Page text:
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A provocative and contrarian religious history that charts the rise of Christianity from the point of view of traditional” religion from the religious scholar and critically acclaimed author of Augustine. Pagans explores the rise of Christianity from a surprising and unique viewpoint: that of the people who witnessed their ways of life destroyed by what seemed then a powerful religious cult. These “pagans” were actually pious Greeks, Romans, Syrians, and Gauls who observed the traditions of their ancestors. To these devout polytheists, Christians who worshipped only one deity were immoral atheists who believed that a splash of water on the deathbed could erase a lifetime of sin. Religious scholar James J. O’Donnell takes us on a lively tour of the Ancient Roman world through the fourth century CE, when Romans of every nationality, social class, and religious preference found their world suddenly constrained by rulers who preferred a strange new god. Some joined this new cult, while others denied its power, erroneously believing it was little more than a passing fad. In Pagans, O’Donnell brings to life various pagan rites and essential features of Roman religion and life, offers fresh portraits of iconic historical figures, including Constantine, Julian, and Augustine, and explores important themes—Rome versus the east, civilization versus barbarism, plurality versus unity, rich versus poor, and tradition versus innovation—in this startling account.

The Rise of Christianity Through the Eyes of Gibbon Harnack and Rodney Stark

The Rise of Christianity Through the Eyes of Gibbon  Harnack and Rodney Stark
Author: Jan N. Bremmer
Publsiher: Barkhuis
Total Pages: 86
Release: 2010
Genre: Religion
ISBN: 9789077922705

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The rise of Christianity up to the victory of Constantine has often been studied and remains a puzzling phenomenon. In this valedictory lecture Jan N. Bremmer concentrates on the explanations adduced, focusing in particular on the works of three iconic figures from the last two hundred and fifty years: The History of the Decline and Fall of the Roman Empire of Edward Gibbon, the most famous ancient historian of all time, at the end of the eighteenth century; Die Mission und Ausbreitung des Christentums of Adolf von Harnack, the greatest historian of early Christianity of all time, around 1900, and The Rise of Christianity of Rodney Stark, the most adventurous sociologist of religion of our times, at the end of the twentieth century.Bremmer locates their concerns and explanations within their own times, but also takes them seriously as scholars, discussing their analyses and approaches. In this way he shows both the continuities and the innovations in the evolving view which scholarship presents of early Christianity. Bremmer's exceptional knowledge of the huge range of scholarship and his humane and balanced judgment make this lecture the ideal introduction to the many problems raised by Christianity's displacement of paganism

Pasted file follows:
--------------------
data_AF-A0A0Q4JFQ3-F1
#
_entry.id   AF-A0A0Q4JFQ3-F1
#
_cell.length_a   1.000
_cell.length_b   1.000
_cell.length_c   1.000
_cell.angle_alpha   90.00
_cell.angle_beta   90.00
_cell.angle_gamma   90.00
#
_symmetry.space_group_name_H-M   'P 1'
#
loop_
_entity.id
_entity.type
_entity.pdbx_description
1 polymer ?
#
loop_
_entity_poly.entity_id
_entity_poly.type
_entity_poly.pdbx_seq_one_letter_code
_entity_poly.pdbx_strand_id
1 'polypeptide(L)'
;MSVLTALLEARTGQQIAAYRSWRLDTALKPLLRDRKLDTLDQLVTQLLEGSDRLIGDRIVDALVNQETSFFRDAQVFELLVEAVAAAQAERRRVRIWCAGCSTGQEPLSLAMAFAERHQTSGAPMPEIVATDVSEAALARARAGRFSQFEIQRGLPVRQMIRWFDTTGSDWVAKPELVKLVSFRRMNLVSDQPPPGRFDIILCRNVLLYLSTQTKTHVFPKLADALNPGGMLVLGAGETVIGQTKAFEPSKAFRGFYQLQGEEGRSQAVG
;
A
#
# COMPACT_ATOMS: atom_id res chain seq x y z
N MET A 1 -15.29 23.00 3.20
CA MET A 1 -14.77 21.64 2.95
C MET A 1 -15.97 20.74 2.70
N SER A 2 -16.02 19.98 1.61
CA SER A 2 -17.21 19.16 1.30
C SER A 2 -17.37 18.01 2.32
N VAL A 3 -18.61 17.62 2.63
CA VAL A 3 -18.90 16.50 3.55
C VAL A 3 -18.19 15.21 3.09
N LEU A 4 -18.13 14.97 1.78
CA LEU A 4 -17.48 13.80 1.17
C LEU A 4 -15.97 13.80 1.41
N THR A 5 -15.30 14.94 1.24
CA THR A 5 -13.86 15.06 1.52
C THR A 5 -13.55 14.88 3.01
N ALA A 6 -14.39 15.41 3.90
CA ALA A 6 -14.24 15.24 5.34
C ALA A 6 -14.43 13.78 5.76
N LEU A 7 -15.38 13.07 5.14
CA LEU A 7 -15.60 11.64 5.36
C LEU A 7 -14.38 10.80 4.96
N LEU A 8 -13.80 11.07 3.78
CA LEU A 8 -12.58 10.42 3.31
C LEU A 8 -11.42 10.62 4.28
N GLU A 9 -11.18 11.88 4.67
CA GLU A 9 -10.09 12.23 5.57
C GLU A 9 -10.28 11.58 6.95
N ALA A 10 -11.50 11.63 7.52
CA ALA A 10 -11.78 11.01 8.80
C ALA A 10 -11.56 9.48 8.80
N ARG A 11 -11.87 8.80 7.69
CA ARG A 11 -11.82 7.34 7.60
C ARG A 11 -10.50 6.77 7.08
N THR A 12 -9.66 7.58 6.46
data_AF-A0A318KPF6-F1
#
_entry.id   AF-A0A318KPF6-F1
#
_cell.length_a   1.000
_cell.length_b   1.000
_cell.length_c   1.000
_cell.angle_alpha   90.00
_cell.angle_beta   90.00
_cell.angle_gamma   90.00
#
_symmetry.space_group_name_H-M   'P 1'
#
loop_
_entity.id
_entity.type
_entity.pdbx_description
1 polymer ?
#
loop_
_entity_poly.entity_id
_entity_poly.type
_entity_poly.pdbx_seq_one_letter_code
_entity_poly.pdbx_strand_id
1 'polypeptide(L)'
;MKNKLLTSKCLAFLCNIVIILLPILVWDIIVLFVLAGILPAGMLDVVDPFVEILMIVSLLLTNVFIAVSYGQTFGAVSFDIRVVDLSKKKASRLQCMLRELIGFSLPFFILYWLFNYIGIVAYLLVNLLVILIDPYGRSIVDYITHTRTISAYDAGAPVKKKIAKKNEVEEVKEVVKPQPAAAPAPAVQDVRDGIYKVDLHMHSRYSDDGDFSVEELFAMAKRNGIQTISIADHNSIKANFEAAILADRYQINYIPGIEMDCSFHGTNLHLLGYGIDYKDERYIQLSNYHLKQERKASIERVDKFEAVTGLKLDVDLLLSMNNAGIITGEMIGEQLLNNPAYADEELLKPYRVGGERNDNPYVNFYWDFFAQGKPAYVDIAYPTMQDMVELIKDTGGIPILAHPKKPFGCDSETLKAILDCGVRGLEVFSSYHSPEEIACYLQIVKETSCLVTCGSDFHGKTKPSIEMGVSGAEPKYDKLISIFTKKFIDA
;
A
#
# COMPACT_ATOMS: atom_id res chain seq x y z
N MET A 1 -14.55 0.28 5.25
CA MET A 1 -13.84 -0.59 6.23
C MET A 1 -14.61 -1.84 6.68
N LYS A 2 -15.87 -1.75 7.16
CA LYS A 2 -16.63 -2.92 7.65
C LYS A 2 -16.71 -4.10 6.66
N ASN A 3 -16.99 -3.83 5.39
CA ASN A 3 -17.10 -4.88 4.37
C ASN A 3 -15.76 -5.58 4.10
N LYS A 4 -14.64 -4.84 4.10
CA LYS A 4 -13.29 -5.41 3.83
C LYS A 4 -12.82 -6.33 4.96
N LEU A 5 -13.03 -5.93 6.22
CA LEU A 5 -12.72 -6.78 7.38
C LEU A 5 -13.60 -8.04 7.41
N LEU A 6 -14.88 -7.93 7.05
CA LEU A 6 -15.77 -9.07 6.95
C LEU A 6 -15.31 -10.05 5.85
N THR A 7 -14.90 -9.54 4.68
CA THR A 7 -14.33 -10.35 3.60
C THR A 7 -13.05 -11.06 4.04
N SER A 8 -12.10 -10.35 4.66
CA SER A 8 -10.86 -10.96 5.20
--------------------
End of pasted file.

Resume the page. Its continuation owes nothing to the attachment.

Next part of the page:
Jesus and the Rise of Early Christianity

Jesus and the Rise of Early Christianity
Author: Paul Barnett
Publsiher: InterVarsity Press
Total Pages: 448
Release: 2002-04-17
Genre: Religion
ISBN: 0830826998

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Paul Barnett not only places the New Testament within the world of caesars and Herods, proconsuls and Pharisees, Sadducee and revolutionaries, but argues that the mainspring and driving force of early Christian history is the historical Jesus.

The Triumph of Christianity

The Triumph of Christianity
Author: Rodney Stark
Publsiher: Harper Collins
Total Pages: 512
Release: 2011-10-25
Genre: Social Science
ISBN: 9780062098702

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Celebrated religious and social historian Rodney Starktraces the extraordinary rise of Christianity through its most pivotal andcontroversial moments to offer fresh perspective on the history of the world’slargest religion. In The Triumph of Christianity, the author of God’sBattalions and The Rise of Christianity gathers and refines decadesof powerful research and discovery into one concentrated, concise, and highlyreadable volume that explores Christianity’s most crucial episodes. The uniqueformat of Triumph of Christianity allows Stark to avoid densechronologies and difficult back stories, bringing readers right to the heart ofChristian history’s most vital controversies and enduring lessons.

From Jesus to Christ

From Jesus to Christ
Author: Paula Fredriksen
Publsiher: Yale University Press
Total Pages: 288
Release: 2008-10-01
Genre: Religion
ISBN: 9780300164107

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"Magisterial. . . . A learned, brilliant and enjoyable study."—Géza Vermès, Times Literary Supplement In this exciting book, Paula Fredriksen explains the variety of New Testament images of Jesus by exploring the ways that the new Christian communities interpreted his mission and message in light of the delay of the Kingdom he had preached. This edition includes an introduction reviews the most recent scholarship on Jesus and its implications for both history and theology. "Brilliant and lucidly written, full of original and fascinating insights."—Reginald H. Fuller, Journal of the American Academy of Religion "This is a first-rate work of a first-rate historian."—James D. Tabor, Journal of Religion "Fredriksen confronts her documents—principally the writings of the New Testament—as an archaeologist would an especially rich complex site. With great care she distinguishes the literary images from historical fact. As she does so, she explains the images of Jesus in terms of the strategies and purposes of the writers Paul, Matthew, Mark, Luke, and John."—Thomas D’Evelyn, Christian Science Monitor

The Rise of Normative Christianity

The Rise of Normative Christianity
Author: Arland J. Hultgren
Publsiher: Wipf and Stock Publishers
Total Pages: 224
Release: 2004-07-05
Genre: Religion
ISBN: 9781592447381